So, what else went wrong? Well, the clue is in the name: Xbox One. Microsoft in all their misguided wisdom wanted to shift their next-gen effort away from just console games to an all-in-one media and entertainment centre, one fully integrated with everyone’s home TV set up. It was an audacious plan, and one which at best was too ahead of its time and at worst an impossible feat to accomplish either way. Translating the remote-control experience to simple voice commands that’d seamlessly instruct a TV confused by an interface overlaying the original signal proved too hard a nut to crack, and one Microsoft should have been able to predict given Google’s struggles with a similar thing a few years’ prior with the long-snuffed out Google TV.
TV service providers have since begun experimenting with voice activation, but when the facility is interweaved into their own system there’s less chance of something going wrong. The way Microsoft wanted to do it – to plug a cable box’s HDMI straight into the Xbox One to feed channel data through – was always going to be mired by failure or disruption. Instead of simplifying the process Xbox One added an extra step. Microsoft were also keen on pushing unproven features such as the ability to place a Skype chat on-screen side by side with live TV. Again, these are simply things people haven’t asked for – and unsurprisingly it didn’t take off.
Also cause for controversy was Microsoft opting to equip every Xbox One with its Kinect motion sensor. Now, on paper this doesn’t seem like the worst revelation in the world – and indeed it isn’t. There was sound strategy behind this decision as Kinect’s prior guise as an accessory meant only a handful of developers were choosing to create titles for it. In every Xbox owner having access to Kinect, the hope was more developers would incorporate the technology into their games. The downside to this was the hike in price when compared to PlayStation 4 – another fact Sony took extreme delight in pointing out during their E3 keynote event. In fact, the PlayStation 4 was announced to retail at 100 dollars less than its Xbox One counterpart, despite the PS4 being more powerful on paper. And perhaps anecdotal compared to Microsoft in the current era, but the Xbox One was at a notorious disadvantage to PlayStation 4 when it came to supporting indie developers, with Sony providing small-time studios ability to self-publish games on the platform.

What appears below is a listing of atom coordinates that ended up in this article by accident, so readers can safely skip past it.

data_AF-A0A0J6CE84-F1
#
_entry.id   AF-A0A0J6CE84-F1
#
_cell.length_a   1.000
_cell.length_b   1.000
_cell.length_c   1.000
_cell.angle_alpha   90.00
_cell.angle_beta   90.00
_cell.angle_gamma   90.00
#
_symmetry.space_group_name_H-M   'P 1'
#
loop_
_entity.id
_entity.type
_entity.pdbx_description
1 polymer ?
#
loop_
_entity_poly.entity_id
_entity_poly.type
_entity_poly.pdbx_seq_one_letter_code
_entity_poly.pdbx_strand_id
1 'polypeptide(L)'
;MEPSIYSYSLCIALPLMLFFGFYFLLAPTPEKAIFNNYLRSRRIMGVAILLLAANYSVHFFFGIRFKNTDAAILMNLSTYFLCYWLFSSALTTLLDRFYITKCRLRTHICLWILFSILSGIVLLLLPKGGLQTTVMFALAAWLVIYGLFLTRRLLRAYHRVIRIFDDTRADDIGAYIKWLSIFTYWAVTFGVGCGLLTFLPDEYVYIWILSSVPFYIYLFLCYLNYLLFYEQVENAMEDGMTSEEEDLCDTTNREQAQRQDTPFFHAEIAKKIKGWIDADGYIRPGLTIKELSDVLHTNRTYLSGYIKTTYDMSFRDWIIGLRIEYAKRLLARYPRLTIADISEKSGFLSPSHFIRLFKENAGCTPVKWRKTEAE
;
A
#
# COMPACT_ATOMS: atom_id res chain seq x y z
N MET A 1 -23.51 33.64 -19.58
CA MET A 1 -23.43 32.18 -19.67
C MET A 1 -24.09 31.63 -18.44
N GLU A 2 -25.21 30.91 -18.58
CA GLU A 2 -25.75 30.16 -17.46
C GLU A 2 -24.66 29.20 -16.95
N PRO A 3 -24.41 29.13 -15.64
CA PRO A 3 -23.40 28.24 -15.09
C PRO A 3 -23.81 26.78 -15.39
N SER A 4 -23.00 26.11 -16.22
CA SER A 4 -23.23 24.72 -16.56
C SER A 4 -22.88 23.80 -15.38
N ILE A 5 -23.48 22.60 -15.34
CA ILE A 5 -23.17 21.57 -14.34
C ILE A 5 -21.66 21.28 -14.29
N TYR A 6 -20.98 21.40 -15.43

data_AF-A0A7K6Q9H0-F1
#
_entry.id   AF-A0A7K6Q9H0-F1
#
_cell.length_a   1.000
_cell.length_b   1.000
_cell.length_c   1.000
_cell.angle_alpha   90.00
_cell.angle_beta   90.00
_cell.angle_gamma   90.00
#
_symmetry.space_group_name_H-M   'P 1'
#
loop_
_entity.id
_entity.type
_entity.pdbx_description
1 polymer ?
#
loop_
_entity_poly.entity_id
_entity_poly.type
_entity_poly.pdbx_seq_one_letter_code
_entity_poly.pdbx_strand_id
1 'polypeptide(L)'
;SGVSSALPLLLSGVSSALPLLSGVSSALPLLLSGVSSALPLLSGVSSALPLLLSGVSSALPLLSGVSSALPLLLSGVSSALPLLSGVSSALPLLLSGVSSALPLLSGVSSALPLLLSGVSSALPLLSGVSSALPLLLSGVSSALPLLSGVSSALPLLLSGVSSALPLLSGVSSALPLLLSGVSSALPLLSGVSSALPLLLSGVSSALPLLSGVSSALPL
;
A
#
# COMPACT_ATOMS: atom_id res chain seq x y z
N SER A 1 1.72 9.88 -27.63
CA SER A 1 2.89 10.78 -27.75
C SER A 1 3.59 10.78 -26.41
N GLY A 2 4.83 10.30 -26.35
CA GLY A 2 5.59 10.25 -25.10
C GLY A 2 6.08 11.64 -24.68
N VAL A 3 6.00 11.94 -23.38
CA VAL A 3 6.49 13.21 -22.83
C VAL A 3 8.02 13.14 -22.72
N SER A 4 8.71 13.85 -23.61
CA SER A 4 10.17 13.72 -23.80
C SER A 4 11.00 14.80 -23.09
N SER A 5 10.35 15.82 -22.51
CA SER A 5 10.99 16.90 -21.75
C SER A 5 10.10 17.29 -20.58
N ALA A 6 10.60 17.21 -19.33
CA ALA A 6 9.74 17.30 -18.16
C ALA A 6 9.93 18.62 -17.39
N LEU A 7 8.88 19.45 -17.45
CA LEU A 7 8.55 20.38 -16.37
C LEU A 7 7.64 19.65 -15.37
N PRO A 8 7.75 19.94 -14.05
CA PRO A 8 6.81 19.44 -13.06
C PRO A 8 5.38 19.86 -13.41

Encompassing an all-in-one media machine with upgraded Kinect system inarguably does nothing to positively impact the overall gaming experience. At the end of the day, the Xbox One was a good console, with an unshakeably strong line-up of launch titles and first-party experiences in the pipeline. It’s just that Microsoft lost its way somehow, and it’s taken a decade for it to catch up. Due to Phil Spencer’s influence, Xbox Game Pass is thriving, the Xbox Series X is the most powerful console currently available, and the company itself occupies a much more user-friendly ethos. As ever though, it’s games which sell consoles, and it remains to be seen in this current generation which console will win the video game arms race come the end of this generation.
The horizon is looking somewhat rosy following Microsoft and Bethesda’s recent Xbox Games Showcase,an excellent event which saw 27 games shared for Xbox Series X|S and PC, with hotly anticipated sci-fi role player Starfield the pick of the bunch, although Forza Motorsport finally announced its release date alongside promising glimpses of Senua’s Sage: Hellblade II and other games. Underlining Microsoft’s resurgent consumer focus, global supply of Xbox Series X|S was pledged to increase alongside a Series S with boosted memory capacity, something Microsoft claim fans have been clamouring for quite some time. The meat of this feature perhaps downplays Microsoft and Xbox’s current status; this is unintended as whilst their Xbox One era was indeed chequered to say the least, the brand is resurgent with a promising future ahead.
Note: The views expressed in this article are those of the author and do not necessarily represent the views of, and should not be attributed to, GamingBolt as an organization.